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Calif. teacher tenure ruled unconstitutional; NYSUT President decries decision

Earlier this week, California Supreme Court judge Rolf M. Treu ruled that California’s teacher tenure statues violate the state’s constitution. New York State United Teachers (NYSUT) President Karen Magee, in a Wednesday press statement, called the court’s decision “horrendous” and the suit, Vergara v. California, an attack on unions brought by “millionaires, their public relations firms and front groups.” The nine students that filed the suit claimed that statues regulating the hiring and dismissal of teachers violated their guarantee of equal protection under the law. The judge agreed, comparing the case to Brown v. Board of Education.

NYSUT officers, Left to right: Martin Messner, Secretary-Treasurer; Catalina Fortino, Vice President; Karen Magee, President; Andrew Pallotta, Executive Vice President; Paul Pecorale, Vice President.
NYSUT Media Relations press release

Magee interprets the decision as not a ruling on the constitutionality of tenure laws in general, but rather a condemnation of California’s complex process for dismissing poorly performing teachers, a process that can take years. She notes that New York State has streamlined tenure laws so that disciplinary cases are settled within five months. Additionally, New York teachers are not granted tenure rights until after completing three years in their certification area. California grants tenure after two years, although may be recommended for tenure after only 18 months.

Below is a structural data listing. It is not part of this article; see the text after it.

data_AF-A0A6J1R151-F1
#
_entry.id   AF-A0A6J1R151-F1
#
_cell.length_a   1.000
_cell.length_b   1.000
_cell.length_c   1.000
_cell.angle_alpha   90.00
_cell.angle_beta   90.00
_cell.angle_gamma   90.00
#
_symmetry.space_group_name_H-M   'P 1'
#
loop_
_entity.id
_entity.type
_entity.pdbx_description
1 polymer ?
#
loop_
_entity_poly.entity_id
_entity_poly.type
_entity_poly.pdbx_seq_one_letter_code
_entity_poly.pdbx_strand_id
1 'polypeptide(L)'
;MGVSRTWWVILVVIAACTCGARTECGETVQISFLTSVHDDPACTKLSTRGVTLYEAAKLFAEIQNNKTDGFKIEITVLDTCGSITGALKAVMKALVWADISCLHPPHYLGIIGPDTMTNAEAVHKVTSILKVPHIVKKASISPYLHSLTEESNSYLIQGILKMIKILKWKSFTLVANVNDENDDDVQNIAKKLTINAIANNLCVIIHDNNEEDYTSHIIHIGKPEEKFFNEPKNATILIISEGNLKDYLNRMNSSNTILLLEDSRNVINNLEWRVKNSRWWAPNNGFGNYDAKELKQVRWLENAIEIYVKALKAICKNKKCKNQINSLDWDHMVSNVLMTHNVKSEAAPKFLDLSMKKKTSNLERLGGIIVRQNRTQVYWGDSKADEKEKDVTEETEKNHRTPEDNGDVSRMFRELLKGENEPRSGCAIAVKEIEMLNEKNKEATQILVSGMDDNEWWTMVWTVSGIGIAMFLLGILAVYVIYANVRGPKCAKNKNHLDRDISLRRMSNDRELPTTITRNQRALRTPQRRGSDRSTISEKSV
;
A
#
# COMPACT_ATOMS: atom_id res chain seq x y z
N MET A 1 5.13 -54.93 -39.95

The plaintiffs in the suit claimed that the California statues allowed ineffective teachers to keep their jobs, and these teachers disproportionately taught in low-income and minority schools. The lengthy and expensive process involved in firing a bad teacher prevented many districts from removing these teachers from the classroom. The judge found evidence to support the students’ claim that ineffective teachers were rotated through high-poverty schools, a practice known as “dance of the lemons,” negatively affecting the education of students in these schools.

The judge also found fault with the FIFO (first-in, first-out) statue that requires schools dismiss the newest teachers first when eliminating positions. The FIFO rule does not grant exceptions for gifted junior teachers or ineffective senior teachers. Magee says this provision is necessary to protect teachers with years of experience from losing their jobs in place of new teachers who earn smaller salaries.

Magee believes the suit was not filed to support students or improve education in California. The purpose of this attack on labor rights, Magee maintains, is to break unions and deny teachers a voice in their work place. Tenure assures teachers due process rights, and this guarantee that they will not be fired for speaking out best positions them to advocate for their students.

"The disturbing trend in America today, supported by billionaires like the Walton family and the Koch brothers, is to take away union protections and the employment rights of all working people. They want a low-paid compliant workforce that can be fired at will. Teachers are their current target. The students their so-called reformers claim to protect would face a world of diminished opportunity if they are allowed to prevail." – Karen Magee, NUSUT President

The union has, in the past, taken issue with wealthy philanthropists trying to sway education policy. Last month, the union organized a picket against a gathering in Lake Placid, N.Y. The $1,000-per-person event, sponsored by Education Reform Now, was a conference to discuss education reform. According to NYSUT spokesperson Carl Korn, the group, made up of hedge fund managers and billionaires, seeks to increase the use of standardized tests, expand the number of charter schools and shut teachers out of the decision-making process.

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